1.4MW solar PV system installed at Sun City

  • Sun City’s new solar panel project produces enough electricity to power 329 average South African households and reduces reliance on the national grid.

Iconic South African resort Sun City has taken its name to heart and installed a R16-million solar plant to reduce electricity consumption from the national grid. Located alongside Pilanesberg National Park in North West and experiencing many sunny days, Sun City’s 1.4MW peak-rated, grid-tied solar photovoltaic system ties in at the Sun Central entertainment centre for use around the resort.

The system comprises 2 584 560W monocrystalline solar PV modules on the Sun City Hotel roof, said TM Lesetla, installer and National Energy Engineer at Tsebo Energy Solutions. “These panels will be married to Sun City’s internal electrical network to feed the power produced on the roof to the points of delivery. Sun City is like a little town and the solar capacity is part of the energy mix.”

The plant will displace an equivalent of 2 367 571kWh per year, with the highest levels of energy production expected in nine out of the 12 months.

“This is what 329 average-sized South African households consume over a year. On good sunshine days, which will be most days, the facility will free up an equivalent of 14% of Sun City’s electrical demand from Eskom, which will be to the benefit of the grid in the vicinity, and by extension, local communities that feed off the same supply,” said Sun City General Manager Brett Hoppé.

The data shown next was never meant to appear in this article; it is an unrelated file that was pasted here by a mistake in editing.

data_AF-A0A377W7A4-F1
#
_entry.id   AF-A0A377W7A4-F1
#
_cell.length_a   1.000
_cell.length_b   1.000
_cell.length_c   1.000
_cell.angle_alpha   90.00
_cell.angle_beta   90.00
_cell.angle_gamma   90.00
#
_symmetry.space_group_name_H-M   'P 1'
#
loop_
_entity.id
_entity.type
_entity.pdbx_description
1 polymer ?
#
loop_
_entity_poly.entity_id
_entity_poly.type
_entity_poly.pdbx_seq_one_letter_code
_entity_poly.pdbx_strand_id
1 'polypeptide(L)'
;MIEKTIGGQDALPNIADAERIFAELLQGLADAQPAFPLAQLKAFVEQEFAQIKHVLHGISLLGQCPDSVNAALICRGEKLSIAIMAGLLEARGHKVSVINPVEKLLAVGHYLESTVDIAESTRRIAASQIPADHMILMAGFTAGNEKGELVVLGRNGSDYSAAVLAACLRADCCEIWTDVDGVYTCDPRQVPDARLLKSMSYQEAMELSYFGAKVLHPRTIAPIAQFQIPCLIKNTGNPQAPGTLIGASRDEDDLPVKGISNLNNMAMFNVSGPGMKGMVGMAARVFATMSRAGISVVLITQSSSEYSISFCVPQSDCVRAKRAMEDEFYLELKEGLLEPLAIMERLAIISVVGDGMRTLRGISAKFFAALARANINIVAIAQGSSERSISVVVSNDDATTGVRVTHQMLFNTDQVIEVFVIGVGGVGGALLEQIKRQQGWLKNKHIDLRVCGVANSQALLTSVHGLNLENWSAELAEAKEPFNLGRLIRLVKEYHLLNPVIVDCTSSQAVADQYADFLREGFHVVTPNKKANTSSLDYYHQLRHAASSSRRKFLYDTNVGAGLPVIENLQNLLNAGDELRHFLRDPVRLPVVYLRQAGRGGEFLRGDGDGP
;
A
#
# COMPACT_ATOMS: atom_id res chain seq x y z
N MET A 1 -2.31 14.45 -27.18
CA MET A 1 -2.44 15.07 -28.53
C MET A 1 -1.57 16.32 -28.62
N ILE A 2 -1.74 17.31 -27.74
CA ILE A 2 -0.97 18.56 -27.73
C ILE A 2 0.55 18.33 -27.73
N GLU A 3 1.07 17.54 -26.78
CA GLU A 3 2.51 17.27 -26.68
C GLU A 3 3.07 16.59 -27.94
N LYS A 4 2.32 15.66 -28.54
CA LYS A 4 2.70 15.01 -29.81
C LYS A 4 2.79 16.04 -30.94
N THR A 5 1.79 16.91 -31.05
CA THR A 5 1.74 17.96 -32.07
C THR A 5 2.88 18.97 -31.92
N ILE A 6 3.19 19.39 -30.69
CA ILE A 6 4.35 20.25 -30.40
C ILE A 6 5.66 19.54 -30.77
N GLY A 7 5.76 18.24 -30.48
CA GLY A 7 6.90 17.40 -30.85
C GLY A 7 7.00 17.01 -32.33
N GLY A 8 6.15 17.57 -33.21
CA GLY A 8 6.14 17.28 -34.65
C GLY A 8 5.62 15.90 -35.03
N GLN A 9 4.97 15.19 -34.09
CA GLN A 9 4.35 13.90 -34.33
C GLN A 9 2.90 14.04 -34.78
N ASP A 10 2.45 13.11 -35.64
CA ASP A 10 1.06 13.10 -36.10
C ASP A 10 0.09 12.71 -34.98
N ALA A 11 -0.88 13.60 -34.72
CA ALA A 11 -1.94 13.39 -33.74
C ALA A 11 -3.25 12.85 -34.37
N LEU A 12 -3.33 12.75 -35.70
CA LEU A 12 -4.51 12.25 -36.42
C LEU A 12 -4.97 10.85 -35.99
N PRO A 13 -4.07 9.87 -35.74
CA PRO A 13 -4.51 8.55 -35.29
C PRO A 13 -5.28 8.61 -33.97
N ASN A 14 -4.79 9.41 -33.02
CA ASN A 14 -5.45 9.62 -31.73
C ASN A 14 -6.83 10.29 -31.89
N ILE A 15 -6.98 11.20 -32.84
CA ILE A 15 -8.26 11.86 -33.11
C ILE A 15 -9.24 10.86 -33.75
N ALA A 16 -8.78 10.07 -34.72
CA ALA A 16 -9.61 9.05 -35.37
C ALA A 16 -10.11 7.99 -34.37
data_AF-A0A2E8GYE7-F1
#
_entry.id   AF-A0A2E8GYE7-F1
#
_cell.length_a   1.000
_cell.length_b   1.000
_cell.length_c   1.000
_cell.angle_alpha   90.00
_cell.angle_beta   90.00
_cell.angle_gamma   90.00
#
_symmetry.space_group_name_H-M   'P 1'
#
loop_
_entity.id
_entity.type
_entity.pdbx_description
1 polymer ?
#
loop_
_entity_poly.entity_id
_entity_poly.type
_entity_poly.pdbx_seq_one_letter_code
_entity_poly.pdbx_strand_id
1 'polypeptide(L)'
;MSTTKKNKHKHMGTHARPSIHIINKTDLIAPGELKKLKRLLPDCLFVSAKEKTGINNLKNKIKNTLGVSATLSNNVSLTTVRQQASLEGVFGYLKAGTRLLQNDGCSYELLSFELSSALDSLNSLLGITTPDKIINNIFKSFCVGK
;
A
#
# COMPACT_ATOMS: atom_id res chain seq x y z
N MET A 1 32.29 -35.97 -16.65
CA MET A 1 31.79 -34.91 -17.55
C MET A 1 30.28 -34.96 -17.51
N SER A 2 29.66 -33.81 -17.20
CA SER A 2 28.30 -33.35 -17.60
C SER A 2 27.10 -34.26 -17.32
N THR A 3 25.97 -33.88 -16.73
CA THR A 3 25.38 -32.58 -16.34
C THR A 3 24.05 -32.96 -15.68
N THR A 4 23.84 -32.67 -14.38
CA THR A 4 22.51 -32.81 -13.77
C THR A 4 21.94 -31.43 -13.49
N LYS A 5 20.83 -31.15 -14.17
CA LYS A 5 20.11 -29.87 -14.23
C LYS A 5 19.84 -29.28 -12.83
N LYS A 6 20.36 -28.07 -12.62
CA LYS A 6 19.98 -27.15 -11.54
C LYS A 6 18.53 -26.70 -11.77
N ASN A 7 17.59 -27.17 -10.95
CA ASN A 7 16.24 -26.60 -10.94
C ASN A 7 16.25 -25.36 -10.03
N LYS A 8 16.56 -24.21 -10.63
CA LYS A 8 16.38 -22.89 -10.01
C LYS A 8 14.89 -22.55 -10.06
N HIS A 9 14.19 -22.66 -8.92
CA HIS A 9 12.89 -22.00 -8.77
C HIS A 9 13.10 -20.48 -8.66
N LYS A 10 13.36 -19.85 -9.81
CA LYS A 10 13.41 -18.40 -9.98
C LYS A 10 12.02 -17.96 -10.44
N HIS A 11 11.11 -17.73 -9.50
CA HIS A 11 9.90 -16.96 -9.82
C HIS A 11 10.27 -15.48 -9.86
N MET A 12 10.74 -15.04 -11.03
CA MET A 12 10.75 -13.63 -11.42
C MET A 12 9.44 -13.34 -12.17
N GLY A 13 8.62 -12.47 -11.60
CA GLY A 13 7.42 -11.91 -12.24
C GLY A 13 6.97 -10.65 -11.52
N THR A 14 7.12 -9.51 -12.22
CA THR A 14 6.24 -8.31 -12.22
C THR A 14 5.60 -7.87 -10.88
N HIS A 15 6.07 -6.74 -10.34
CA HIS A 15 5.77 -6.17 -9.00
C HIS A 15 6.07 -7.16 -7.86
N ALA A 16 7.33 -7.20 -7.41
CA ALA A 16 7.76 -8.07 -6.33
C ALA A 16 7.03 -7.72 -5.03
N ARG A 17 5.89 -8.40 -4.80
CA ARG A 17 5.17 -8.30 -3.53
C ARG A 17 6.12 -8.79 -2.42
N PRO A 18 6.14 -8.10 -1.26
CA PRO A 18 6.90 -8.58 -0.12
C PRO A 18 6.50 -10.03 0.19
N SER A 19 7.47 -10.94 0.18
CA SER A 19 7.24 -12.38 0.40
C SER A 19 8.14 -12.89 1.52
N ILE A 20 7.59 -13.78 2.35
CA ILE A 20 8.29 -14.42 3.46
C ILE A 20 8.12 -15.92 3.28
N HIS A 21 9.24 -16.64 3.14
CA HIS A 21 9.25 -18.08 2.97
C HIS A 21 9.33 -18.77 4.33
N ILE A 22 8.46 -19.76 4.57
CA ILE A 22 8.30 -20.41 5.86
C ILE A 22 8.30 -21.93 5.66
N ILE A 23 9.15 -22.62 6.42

From a sustainability perspective, the solar plant will see Sun City reduce its annual CO2 equivalent emissions by an estimated 2 510 tons per year – a positive contribution to mitigate against climate change.

“This is one of the many initiatives that Sun International, and Sun City in particular, are rolling out to reduce energy use from both a supply and demand perspective. Efficient lighting, HVAC retrofits and reconfigurations, water-heating, and a gradual move to renewables all form part of the plan,” said Hoppé.

“Sun International’s sustainability approach ensures we continue to realise our vision of providing memorable experiences for our guests, employment for our people, superior shareholder returns, and genuine value for the communities in which we operate and make sure we reduce our environmental footprint.”

The project is expected to pay for itself within five years, driven by above-average annual electricity price escalations. The plant has an expected lifespan of more than 25 years when coupled with a preventative maintenance regime.

Author: Bryan Groenendaal

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